Registering all e-scooters too blunt a move, say interest groups and retailers

Industry players estimate that there are between 30,000 and 100,000 e-scooters. E-scooters sold here cost anywhere from $300 to more than $7,000.
Industry players estimate that there are between 30,000 and 100,000 e-scooters. E-scooters sold here cost anywhere from $300 to more than $7,000.ST PHOTO: KUA CHEE SIONG

SINGAPORE - Requiring all electric-scooter riders to register their devices may be too blunt and heavy-handed a measure, said interest groups and retailers on Friday (Feb 23).

They say e-scooter users are a diverse group, comprising commuters who use the devices for first- and last-mile journeys, leisure riders and elderly folk who are less mobile.

There is also a wide range of e-scooter models, and it is only the heavier and faster ones that pose a danger and should be regulated, some also argued.

These responses come a day after an expert committee submitted a recommendation to the Ministry of Transport to require all e-scooters here to be registered.

The Active Mobility Advisory Panel said there is an increasing number of errant riders who are endangering themselves and others, and regulation will "increase e-scooter user responsibility and facilitate enforcement" against reckless users. The Transport Ministry said it is reviewing the panel's proposal.

Industry players estimate that there are between 30,000 and 100,000 e-scooters. E-scooters sold here cost anywhere from $300 to more than $7,000.

Mr Arif Abdul Hamid, the administrator of interest group Singapore Inokim Riders, said: "The black sheep who are using bigger and faster e-scooters which do not meet the authorities' specifications are creating a problem."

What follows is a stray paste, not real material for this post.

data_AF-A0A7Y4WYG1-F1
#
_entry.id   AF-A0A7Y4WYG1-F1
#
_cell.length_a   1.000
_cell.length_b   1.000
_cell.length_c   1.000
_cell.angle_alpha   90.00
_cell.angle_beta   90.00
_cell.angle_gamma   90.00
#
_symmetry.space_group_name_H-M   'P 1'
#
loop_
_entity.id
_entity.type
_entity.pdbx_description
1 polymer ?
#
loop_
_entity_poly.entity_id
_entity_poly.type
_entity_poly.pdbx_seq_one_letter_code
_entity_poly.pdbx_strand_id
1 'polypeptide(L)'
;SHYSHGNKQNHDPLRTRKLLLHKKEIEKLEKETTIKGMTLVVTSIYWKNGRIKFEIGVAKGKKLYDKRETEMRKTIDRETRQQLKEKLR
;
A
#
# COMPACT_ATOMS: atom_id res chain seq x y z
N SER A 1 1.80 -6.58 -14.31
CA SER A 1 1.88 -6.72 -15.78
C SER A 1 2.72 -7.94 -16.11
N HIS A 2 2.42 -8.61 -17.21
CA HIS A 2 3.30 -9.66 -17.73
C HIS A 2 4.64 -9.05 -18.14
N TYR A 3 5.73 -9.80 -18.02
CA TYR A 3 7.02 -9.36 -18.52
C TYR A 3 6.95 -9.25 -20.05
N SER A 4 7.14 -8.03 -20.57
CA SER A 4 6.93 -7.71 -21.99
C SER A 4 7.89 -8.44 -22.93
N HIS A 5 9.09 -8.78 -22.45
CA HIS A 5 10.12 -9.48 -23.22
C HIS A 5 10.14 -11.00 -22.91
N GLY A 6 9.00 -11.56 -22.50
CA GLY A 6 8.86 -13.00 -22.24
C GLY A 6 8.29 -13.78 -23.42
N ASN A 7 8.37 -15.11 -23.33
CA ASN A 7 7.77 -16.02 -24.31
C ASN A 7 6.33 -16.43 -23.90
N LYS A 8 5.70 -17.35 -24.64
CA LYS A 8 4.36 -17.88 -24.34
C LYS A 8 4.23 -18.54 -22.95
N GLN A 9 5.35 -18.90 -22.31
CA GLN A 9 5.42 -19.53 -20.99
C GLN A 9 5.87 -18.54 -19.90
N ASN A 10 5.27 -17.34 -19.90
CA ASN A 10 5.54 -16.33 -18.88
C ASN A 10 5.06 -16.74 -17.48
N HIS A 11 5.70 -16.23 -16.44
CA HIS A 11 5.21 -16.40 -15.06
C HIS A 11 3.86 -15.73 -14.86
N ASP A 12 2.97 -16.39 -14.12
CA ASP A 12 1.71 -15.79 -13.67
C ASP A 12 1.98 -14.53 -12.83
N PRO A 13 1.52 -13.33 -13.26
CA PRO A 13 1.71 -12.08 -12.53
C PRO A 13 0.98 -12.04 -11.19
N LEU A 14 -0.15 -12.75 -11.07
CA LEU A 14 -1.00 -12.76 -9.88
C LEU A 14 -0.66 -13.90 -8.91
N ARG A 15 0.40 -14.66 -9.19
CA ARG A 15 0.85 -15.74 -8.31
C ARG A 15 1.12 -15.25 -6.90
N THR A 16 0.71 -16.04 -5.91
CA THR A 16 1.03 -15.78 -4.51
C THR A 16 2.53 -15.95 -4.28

Mr Arif reckons that the bulk of users have compliant e-scooters - adhering to the maximum weight of 20kg and top speed of 25kmh - which they use to travel a few kilometres from home to the MRT station before boarding the train.

Mr James Ng, founder of the Electric Kick Scooter Singapore interest group, said he has no issues with mandatory registration of e-scooters.

But he hopes that if the authorities require registration, they will allow for heavier devices above the 20kg limit, which he claims are safer and more stable. "Heavier scooters, for example, can have wider tyres and better braking systems," Mr Ng added.

Managing director of e-scooter maker Mobot, Mr Ifrey Lai, is against registering e-scooters.

To curb errant riding, Mr Lai said the authorities should clamp down on retailers selling non-compliant e-scooters, or legislate that dealers cannot import illegal ones.

Members of the public who are in favour of registering e-scooters said third-party insurance should be mandatory too, and that riders should be put through training.

Mr Lee Joo Mong, 64, a resident technical officer, said: "Instead of allowing them to learn through trial and error about safety, a proper training course would be much safer. Many of them currently expect pedestrians on the footpath to give way."